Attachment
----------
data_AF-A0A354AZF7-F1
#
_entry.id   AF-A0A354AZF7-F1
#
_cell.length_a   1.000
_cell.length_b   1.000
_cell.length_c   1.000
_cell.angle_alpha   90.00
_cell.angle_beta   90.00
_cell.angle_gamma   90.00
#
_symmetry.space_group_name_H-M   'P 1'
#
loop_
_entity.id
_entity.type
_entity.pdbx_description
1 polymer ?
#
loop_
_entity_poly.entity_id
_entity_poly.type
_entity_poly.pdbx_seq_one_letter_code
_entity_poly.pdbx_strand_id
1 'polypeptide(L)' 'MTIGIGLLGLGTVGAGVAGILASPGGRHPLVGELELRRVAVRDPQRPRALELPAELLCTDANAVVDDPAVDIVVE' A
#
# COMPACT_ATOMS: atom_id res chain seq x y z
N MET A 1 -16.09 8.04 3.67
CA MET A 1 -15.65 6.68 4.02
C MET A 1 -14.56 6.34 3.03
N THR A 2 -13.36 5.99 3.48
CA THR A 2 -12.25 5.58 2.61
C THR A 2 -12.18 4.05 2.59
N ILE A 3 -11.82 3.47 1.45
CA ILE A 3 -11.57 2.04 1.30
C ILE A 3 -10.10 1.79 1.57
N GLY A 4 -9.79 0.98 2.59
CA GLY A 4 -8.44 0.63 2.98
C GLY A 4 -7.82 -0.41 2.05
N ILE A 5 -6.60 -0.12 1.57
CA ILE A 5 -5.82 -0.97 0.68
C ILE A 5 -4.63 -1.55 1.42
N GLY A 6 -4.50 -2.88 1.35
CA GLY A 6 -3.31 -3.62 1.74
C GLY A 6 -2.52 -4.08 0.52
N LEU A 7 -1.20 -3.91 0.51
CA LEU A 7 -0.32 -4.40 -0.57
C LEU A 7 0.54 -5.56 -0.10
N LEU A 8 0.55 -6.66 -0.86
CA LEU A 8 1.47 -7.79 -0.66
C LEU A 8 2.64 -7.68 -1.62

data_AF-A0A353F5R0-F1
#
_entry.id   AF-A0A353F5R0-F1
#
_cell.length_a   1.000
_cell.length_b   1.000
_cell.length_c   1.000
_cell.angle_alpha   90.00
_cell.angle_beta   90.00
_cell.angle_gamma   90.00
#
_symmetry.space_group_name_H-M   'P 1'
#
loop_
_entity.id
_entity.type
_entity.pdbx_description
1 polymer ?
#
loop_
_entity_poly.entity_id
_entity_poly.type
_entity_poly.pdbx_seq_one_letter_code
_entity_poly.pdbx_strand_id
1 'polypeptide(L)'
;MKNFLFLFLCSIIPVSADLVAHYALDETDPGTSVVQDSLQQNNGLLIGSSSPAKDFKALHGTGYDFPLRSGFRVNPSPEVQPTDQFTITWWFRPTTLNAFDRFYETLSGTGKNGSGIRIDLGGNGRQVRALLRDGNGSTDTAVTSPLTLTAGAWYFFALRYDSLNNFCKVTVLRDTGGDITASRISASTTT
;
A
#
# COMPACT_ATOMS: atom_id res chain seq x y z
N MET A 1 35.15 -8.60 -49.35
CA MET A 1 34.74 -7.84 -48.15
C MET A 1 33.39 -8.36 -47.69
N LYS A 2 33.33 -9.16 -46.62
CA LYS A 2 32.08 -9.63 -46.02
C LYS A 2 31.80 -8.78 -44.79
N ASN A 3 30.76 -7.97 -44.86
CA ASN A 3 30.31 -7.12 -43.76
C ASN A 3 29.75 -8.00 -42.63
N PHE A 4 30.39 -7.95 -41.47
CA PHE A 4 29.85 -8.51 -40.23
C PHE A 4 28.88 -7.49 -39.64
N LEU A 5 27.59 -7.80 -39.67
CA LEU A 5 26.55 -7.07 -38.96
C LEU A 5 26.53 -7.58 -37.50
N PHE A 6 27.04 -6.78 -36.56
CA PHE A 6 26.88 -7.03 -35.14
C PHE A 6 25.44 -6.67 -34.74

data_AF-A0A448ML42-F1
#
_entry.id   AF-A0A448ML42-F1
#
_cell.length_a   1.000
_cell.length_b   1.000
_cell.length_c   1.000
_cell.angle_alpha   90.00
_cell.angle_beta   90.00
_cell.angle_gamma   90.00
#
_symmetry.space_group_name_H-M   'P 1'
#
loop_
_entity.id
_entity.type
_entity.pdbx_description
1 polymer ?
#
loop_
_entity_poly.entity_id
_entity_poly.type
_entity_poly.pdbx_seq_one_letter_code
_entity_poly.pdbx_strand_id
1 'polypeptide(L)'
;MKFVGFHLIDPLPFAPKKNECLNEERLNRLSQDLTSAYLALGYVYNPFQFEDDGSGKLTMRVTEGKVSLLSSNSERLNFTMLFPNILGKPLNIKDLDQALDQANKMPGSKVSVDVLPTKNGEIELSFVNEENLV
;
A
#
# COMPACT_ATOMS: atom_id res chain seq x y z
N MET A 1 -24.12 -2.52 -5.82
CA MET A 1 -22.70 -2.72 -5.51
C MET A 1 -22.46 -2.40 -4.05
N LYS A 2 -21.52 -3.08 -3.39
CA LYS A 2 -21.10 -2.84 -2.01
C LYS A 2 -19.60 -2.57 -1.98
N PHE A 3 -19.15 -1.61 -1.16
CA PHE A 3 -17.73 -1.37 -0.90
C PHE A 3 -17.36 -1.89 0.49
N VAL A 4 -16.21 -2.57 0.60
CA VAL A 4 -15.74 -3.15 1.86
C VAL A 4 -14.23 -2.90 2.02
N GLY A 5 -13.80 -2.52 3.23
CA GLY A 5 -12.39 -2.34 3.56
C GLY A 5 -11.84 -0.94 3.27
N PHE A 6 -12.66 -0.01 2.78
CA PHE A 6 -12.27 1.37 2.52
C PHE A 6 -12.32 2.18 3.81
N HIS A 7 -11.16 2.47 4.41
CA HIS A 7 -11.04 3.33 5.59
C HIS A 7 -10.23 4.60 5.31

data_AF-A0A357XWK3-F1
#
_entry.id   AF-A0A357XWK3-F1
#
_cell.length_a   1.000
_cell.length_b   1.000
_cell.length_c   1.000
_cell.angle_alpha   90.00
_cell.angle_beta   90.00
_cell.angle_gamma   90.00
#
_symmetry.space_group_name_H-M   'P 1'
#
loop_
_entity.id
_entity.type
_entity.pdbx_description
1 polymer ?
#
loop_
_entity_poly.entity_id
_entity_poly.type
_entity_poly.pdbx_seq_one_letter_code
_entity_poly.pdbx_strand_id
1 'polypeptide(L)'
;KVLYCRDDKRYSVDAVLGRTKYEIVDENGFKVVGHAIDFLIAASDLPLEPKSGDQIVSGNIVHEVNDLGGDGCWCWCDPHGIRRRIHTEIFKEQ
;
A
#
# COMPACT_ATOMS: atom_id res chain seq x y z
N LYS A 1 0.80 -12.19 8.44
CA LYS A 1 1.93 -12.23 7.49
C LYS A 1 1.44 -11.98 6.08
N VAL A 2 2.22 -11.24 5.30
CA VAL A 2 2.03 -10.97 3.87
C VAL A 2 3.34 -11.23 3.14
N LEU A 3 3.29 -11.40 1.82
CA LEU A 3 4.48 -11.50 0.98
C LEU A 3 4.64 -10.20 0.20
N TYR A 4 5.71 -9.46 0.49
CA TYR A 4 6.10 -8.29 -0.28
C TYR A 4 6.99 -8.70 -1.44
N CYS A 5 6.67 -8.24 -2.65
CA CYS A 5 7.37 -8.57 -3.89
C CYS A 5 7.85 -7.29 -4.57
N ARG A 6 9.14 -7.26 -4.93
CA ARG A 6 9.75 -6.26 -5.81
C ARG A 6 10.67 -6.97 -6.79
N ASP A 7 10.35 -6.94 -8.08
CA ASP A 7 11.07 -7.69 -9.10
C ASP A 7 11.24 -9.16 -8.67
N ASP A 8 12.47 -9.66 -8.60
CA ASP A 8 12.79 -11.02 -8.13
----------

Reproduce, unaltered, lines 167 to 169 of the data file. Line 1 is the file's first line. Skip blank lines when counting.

_entity.pdbx_description
1 polymer ?
#